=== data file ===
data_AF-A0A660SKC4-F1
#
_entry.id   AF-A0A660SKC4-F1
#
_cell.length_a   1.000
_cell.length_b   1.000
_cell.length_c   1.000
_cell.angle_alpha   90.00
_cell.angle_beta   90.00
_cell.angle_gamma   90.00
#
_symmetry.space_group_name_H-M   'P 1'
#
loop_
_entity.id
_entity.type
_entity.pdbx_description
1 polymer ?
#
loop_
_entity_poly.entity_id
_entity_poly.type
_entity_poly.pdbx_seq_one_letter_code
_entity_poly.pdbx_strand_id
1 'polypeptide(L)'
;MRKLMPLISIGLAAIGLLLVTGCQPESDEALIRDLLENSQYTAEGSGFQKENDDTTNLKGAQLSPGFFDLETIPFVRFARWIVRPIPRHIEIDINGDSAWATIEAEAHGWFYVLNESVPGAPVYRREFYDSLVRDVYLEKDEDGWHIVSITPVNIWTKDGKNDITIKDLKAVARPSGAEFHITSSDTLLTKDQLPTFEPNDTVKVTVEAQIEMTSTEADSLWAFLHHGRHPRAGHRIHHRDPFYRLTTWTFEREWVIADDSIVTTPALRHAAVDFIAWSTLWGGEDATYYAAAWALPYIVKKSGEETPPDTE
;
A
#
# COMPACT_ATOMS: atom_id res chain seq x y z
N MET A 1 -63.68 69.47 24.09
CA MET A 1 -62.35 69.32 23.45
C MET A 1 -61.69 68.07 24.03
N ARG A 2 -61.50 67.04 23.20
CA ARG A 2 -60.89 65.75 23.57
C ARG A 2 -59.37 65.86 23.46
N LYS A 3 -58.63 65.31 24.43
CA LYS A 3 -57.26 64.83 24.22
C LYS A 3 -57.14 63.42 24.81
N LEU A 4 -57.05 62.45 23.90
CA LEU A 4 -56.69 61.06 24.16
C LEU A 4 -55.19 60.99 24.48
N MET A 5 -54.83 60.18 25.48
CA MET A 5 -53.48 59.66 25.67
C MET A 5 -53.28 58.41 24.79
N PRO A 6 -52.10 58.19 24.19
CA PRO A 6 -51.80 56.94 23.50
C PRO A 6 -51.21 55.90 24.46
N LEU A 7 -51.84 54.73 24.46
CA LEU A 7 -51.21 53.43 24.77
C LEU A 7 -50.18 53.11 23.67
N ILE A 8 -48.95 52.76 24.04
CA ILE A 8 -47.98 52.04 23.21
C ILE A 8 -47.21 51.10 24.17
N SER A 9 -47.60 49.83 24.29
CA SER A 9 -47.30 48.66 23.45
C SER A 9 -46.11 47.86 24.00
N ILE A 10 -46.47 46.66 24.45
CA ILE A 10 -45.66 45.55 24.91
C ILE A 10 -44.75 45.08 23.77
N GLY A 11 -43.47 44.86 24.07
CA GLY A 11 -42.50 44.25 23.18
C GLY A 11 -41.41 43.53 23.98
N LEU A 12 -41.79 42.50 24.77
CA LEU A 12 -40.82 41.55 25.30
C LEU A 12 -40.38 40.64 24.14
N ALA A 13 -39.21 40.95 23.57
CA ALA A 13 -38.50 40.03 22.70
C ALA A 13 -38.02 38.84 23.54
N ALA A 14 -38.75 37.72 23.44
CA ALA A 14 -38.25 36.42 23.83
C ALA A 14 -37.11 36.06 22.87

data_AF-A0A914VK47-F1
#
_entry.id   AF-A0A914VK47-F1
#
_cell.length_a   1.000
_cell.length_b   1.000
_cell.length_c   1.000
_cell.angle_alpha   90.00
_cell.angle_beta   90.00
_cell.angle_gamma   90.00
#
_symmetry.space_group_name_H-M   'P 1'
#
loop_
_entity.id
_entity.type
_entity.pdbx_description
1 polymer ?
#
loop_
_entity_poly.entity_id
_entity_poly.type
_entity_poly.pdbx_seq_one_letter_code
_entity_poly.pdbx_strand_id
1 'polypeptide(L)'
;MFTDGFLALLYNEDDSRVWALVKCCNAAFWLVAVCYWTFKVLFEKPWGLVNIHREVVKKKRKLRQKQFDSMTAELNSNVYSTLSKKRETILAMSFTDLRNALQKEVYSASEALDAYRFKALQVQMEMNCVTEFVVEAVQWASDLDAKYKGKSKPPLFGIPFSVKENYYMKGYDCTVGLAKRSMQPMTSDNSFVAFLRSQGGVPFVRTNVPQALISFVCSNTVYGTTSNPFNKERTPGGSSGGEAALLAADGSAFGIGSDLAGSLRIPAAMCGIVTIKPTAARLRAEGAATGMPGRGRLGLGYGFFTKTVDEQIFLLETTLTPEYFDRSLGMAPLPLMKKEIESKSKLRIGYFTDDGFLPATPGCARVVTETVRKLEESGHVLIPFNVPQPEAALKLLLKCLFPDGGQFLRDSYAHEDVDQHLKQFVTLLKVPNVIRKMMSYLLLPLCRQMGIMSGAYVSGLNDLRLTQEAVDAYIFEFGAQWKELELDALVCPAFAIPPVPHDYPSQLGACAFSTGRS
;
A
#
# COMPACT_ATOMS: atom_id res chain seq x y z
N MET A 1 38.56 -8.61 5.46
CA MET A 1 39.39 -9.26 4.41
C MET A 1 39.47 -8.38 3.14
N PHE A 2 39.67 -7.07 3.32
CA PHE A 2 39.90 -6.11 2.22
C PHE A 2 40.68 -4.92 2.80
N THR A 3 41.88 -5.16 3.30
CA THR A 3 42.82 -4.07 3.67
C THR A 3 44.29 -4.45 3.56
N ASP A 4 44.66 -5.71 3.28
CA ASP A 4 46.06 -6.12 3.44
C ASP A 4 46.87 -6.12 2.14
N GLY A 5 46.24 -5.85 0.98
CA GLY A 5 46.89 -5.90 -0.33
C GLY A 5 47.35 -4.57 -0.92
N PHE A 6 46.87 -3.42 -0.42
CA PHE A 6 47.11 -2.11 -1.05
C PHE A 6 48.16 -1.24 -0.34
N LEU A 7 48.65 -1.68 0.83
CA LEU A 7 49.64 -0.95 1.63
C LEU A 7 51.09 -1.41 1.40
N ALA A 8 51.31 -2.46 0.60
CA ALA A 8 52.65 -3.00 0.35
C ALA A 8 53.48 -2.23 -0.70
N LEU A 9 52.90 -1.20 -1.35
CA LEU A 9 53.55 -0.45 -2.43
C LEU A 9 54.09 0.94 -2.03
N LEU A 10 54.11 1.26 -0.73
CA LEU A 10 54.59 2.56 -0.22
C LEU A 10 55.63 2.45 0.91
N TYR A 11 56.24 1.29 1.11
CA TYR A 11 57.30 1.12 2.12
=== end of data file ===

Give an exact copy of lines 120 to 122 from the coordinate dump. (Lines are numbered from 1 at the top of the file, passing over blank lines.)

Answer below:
C PHE A 6 48.16 -1.24 -0.34
N LEU A 7 48.65 -1.68 0.83
CA LEU A 7 49.64 -0.95 1.63